29 Sep Heat wave in Giants Grove
I predicted a challenging summer 2018 for the Giants Grove, but who could have foreseen the form it would take – the driest June in nearly 80 years, and no end in sight. Ireland is experiencing a heatwave, and while most of the Irish are enjoying the sunshine, I’m concerned about the Giants reaction to, and ability to deal with drought stress. The drought is severe, the worst in living memory, and we’re simply not accustomed to these conditions here. In a country known for its rain we’re receiving fire-risk warnings daily!
Although not at risk of fire, the trees in the Giants Grove are suffering under these conditions. The visible symptoms include reduced leaf development, wilting, leaf-scorch, some defoliation, and some dieback of twigs and branches. But trees are fascinating, resilient and adaptive, and these symptoms are actually signs of the trees strategies to deal with drought stress – stomatal closure, restricting shoot growth, and leaf shedding, while increasing root-to-shoot ratio through enhanced fine root development. These are the trees instinctive, evolved adaptations for minimising drought damage in order to survive.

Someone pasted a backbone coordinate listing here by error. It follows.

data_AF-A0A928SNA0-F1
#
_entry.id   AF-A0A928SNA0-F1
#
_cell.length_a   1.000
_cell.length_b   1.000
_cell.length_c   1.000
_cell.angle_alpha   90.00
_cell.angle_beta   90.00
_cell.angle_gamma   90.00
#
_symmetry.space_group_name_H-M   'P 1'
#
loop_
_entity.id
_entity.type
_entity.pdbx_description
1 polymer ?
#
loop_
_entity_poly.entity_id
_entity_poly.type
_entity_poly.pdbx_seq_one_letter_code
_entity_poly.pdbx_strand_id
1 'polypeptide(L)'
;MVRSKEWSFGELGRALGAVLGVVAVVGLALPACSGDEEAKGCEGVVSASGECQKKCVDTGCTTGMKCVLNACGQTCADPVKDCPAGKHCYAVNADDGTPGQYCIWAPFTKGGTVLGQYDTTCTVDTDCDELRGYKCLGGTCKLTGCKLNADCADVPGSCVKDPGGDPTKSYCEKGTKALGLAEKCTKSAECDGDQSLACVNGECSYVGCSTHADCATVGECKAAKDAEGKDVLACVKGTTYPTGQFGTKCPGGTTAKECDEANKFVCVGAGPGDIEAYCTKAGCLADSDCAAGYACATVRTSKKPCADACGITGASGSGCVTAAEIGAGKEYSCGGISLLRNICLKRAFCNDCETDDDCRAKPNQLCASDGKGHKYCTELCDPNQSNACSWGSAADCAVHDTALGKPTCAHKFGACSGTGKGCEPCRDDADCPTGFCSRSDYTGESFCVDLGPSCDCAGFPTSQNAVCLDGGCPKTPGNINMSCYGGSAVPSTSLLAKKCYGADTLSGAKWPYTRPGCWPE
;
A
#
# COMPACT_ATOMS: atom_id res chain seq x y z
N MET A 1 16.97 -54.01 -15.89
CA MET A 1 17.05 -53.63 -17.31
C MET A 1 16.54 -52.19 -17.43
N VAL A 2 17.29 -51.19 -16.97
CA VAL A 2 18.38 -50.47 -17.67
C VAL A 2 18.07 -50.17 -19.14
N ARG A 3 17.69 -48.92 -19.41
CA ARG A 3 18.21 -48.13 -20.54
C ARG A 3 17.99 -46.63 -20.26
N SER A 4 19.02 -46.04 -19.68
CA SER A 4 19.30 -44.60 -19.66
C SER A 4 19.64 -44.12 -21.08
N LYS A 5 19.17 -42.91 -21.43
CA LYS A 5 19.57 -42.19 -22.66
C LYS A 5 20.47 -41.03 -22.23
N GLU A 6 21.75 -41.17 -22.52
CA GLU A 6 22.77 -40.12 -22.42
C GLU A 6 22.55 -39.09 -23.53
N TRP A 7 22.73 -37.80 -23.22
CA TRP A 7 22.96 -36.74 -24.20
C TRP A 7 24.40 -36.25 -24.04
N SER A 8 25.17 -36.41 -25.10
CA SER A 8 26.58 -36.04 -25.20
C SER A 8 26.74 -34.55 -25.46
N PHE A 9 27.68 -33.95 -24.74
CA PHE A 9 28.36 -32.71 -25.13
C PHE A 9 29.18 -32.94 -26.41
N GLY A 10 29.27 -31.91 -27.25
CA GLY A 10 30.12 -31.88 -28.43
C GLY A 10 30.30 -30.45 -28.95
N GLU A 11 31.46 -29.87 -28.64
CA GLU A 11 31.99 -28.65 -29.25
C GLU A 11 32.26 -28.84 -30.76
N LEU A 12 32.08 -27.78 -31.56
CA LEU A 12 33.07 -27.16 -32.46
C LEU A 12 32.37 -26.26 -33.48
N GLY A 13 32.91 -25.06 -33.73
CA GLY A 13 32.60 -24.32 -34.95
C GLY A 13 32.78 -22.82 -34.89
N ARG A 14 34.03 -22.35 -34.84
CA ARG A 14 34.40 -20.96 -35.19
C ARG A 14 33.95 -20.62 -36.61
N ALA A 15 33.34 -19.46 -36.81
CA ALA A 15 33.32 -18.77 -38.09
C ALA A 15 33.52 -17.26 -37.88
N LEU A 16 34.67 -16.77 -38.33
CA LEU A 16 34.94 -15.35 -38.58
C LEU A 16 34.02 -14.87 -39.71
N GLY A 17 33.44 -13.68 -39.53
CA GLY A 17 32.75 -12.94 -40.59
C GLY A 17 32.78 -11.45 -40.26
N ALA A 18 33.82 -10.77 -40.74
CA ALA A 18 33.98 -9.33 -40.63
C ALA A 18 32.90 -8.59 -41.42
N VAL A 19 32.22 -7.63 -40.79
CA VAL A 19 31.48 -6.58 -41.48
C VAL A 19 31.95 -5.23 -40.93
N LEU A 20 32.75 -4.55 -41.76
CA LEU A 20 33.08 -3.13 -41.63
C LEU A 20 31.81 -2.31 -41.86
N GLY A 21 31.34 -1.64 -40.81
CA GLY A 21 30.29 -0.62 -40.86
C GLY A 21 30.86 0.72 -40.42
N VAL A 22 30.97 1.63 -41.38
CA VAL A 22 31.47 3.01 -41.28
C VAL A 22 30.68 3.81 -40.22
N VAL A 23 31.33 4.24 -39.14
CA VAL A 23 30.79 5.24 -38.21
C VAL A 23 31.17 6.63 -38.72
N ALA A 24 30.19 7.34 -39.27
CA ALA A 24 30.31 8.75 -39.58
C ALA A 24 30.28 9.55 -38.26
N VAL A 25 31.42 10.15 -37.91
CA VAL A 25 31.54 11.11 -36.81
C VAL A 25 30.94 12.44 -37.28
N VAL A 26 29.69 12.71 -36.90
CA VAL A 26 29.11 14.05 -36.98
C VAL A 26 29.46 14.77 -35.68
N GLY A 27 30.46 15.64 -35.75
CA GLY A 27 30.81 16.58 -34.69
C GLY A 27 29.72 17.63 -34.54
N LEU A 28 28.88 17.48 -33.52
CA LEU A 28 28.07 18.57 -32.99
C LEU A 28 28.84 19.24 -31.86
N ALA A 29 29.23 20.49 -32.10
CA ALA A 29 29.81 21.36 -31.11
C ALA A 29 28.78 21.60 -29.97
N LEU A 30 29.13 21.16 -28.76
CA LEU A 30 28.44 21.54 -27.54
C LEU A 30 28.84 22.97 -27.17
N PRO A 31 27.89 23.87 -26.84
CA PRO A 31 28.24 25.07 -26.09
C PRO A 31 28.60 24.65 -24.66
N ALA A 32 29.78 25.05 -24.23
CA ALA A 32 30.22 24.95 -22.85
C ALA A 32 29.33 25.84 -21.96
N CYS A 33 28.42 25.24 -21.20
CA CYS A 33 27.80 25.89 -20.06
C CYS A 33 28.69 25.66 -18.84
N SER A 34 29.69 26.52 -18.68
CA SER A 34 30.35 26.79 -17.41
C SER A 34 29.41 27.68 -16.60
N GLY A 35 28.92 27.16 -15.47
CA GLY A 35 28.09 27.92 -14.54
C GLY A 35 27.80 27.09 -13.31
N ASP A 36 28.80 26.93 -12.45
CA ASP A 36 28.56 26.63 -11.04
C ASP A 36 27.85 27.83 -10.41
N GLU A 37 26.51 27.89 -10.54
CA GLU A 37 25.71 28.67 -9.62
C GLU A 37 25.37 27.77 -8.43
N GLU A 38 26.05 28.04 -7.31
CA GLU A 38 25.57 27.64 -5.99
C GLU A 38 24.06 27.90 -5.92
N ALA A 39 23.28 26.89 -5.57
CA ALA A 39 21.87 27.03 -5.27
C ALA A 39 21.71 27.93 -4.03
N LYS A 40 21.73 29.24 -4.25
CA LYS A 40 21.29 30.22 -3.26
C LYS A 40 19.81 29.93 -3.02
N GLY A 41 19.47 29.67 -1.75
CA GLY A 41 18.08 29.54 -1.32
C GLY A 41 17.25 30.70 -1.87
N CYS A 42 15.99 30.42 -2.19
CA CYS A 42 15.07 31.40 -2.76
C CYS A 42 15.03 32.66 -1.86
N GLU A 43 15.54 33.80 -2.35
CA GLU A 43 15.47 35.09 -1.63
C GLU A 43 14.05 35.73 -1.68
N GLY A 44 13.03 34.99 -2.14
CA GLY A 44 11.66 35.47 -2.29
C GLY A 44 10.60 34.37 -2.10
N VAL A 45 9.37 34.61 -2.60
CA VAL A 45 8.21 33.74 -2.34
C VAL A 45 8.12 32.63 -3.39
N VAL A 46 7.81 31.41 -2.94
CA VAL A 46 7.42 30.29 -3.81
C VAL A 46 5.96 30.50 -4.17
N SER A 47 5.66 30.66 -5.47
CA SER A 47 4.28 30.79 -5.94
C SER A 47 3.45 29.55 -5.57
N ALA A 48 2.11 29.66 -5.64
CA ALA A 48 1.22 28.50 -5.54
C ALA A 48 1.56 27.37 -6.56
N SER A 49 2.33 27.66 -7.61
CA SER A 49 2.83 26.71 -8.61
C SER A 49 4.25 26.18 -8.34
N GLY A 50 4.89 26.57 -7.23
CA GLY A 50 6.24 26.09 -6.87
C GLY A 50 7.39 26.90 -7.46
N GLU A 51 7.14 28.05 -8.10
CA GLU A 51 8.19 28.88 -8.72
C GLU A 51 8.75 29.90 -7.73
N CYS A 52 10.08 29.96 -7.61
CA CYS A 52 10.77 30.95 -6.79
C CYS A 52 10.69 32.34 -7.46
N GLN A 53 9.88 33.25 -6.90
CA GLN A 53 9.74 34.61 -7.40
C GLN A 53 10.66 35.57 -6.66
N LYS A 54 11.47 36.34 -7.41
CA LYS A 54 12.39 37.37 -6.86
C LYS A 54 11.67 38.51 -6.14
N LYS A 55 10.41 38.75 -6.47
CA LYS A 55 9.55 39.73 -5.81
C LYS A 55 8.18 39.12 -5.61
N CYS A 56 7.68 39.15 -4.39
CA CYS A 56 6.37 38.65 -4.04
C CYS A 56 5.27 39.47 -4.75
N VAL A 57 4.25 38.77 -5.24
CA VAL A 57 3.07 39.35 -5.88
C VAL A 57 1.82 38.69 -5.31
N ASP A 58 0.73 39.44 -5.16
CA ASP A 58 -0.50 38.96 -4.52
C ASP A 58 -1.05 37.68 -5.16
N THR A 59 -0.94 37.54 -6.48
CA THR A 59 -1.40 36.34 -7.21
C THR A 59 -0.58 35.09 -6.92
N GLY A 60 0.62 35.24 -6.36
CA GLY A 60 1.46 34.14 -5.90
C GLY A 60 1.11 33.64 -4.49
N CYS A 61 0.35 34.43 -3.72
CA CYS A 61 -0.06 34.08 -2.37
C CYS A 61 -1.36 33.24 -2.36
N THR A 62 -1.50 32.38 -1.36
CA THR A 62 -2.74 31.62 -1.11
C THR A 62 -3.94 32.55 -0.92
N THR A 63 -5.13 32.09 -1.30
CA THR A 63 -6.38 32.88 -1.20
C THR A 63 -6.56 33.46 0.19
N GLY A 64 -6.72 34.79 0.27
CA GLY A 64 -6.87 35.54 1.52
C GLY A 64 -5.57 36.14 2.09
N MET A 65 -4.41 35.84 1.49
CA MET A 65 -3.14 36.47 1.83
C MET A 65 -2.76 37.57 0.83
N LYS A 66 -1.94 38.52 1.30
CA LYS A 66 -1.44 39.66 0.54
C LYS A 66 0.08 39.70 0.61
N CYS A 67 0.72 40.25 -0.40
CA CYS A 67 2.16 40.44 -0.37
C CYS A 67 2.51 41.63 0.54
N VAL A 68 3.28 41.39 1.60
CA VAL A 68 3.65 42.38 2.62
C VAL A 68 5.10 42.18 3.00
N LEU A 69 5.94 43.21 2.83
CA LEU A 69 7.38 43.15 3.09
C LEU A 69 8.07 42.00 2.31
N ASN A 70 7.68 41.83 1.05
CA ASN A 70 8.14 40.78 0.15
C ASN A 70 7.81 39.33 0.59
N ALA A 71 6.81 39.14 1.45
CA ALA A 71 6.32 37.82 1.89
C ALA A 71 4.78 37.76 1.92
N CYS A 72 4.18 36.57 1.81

So the trees have reacted, but so has the management – the site is being monitored closely. Soil temperatures are surprisingly cool 6 inches below the surface, and there is still some moisture at that level. This is in part an unexpected result of the ‘no chemical’ policy, as the shallow-rooting weeds have actually insulated the soil and prevented evaporation. But the ground will only get drier as the heatwave continues, and so any Giants requiring water will receive it by hand long before it is necessary.
Lord Rosse and I carried-out an official Site Inspection at the end of June to assess stocking, weed competition, deer damage and obviously the effects of the drought. It was agreed that although sections of the site appeared untidy due to the presence of thistles, there was currently no adverse effects on the Sequoias or nurse species from weed competition. In fact, on balance the overall impact of the enormous range of ‘weeds’ was generally positive. A follow-up Inspection was scheduled for the end of July.
I remain concerned for the Giants Grove. The trees have been knocked back by these extraordinary conditions, and we’ve lost 4 weeks growth which we’ll never get back. But trees are fascinating, resilient and adaptive, and the Giants will survive. The weather will break soon, and the Irish rain will return, and when that happens the Giants will leap from the ground.